A moment later, her alarm clock went off. Pip tapped the snooze button and, standing in her slippers, turned towards the chair where her mother had laid out her new school uniform the night before-a yellow-and-blue striped tie, a white shirt, a gray sweater and a gray pleated skirt.
The second she took her first step towards the chair, however, Pip froze and then spun around. In the half-light across the other side of her bedroom stood the vague, shadowy silhouette of a person, half hidden by the angle of her wardrobe. She sharply sucked in her breath. The hair on her neck and arms prickled. She felt her hands go immediately clammy and the blood drain from her cheeks. Almost as a reflex, she looked around for a weapon, but all she could see was her badminton racket.
"Fear not. It is I," said the outline, softly.
"Sebastian!" Pip retorted, angrily.
Sebastian stepped into the middle of the room. He was wearing a dark, nondescript cloak draped over his shoulders.
"You scared the living daylights out of me," Pip complained.
"I apologize most humbly," Sebastian replied with a short bow. "It was not my intention to startle."
"Well, you did!" Pip snapped back.
Aware that her midriff was showing, she smoothed down her pajama top to below her waist and rubbed her arms to remove the goose pimples.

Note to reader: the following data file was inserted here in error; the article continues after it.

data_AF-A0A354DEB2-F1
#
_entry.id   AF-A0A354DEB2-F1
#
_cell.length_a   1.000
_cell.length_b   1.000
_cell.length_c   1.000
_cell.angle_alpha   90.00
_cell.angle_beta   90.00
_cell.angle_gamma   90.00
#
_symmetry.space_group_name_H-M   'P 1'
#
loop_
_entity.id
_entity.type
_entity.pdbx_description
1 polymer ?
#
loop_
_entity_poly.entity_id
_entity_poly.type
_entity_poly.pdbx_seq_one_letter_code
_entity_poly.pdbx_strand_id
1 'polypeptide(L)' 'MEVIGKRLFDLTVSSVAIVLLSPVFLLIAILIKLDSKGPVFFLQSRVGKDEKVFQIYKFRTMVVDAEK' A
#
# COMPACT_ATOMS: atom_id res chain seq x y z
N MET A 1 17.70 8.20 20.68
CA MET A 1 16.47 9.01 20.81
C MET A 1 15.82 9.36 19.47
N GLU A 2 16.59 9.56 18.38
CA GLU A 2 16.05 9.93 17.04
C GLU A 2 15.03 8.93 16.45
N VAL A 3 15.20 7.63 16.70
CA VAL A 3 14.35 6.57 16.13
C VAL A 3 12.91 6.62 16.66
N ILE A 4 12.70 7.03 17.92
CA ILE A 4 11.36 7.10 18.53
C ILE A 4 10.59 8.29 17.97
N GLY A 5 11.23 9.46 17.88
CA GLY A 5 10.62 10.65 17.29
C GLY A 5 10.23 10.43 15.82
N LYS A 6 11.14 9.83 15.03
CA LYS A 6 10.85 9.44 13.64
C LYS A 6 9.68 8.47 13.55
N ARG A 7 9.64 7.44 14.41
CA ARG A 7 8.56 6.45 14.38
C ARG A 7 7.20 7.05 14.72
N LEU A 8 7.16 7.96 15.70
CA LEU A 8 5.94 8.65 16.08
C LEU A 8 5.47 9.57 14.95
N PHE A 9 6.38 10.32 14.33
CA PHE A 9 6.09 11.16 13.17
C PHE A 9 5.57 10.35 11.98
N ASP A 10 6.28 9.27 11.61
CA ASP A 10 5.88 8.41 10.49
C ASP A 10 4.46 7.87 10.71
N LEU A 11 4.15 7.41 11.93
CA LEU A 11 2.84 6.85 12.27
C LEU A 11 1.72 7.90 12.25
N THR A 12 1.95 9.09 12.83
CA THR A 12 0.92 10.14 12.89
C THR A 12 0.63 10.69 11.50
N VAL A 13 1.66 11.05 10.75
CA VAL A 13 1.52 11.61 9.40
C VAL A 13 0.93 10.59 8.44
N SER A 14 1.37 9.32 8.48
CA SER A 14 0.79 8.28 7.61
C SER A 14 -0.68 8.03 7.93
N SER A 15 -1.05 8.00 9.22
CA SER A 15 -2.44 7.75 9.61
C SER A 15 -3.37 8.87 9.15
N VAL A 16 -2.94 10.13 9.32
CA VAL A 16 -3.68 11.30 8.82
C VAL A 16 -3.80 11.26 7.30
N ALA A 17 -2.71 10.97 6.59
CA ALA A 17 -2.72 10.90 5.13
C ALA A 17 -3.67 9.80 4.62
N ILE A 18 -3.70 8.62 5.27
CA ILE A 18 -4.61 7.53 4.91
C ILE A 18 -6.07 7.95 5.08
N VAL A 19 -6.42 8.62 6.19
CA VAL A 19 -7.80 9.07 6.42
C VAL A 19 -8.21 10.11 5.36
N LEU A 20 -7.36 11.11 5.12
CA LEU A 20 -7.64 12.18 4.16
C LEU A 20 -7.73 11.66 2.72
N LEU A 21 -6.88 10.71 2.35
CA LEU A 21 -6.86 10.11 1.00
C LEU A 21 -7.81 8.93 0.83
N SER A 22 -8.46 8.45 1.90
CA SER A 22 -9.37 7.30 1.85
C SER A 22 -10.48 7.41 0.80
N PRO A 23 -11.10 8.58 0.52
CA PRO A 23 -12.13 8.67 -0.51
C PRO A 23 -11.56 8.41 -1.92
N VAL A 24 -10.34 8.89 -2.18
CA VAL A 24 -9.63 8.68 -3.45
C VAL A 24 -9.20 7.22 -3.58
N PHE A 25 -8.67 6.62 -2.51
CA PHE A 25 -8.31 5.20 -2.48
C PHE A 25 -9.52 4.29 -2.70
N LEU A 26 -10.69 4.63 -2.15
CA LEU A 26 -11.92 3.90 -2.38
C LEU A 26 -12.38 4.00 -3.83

Pip and her twin brother, Tim, had met Sebastian during the summer holidays. Knowing him had led them into a remarkable and perilous adventure. They had soon discovered that Sebastian was no ordinary boy. For one thing, he was more or less six hundred years old but had been in a kind of hibernation for most of the time. Moreover, he possessed alchemical powers learned from his father, an alchemist of repute.
Rawne Barton had been built by Sebastian's father on land granted by the King. It was rightfully his home. Still, Pip considered, this did not give him the right to sneak about her bedroom whenever he chose.
"In your time, was it common courtesy to enter a lady's bedroom in the middle of the night?" Pip demanded; then she grinned and added, "What are you doing here anyway, skulking about like this?"
"It is morn," Sebastian pointed out, "not night but, yes, decorum would not have had me linger in your chamber. However," he added matter-of-factly, "I see it my place to guard you through the dark hours. From time to time, I look upon you to ensure you are safe."
"You mean you stand here while I'm sleeping?" Pip replied, somewhat taken aback by the thought.
"Not just you. I watch over Tim, also."
"Does he know?" Pip asked.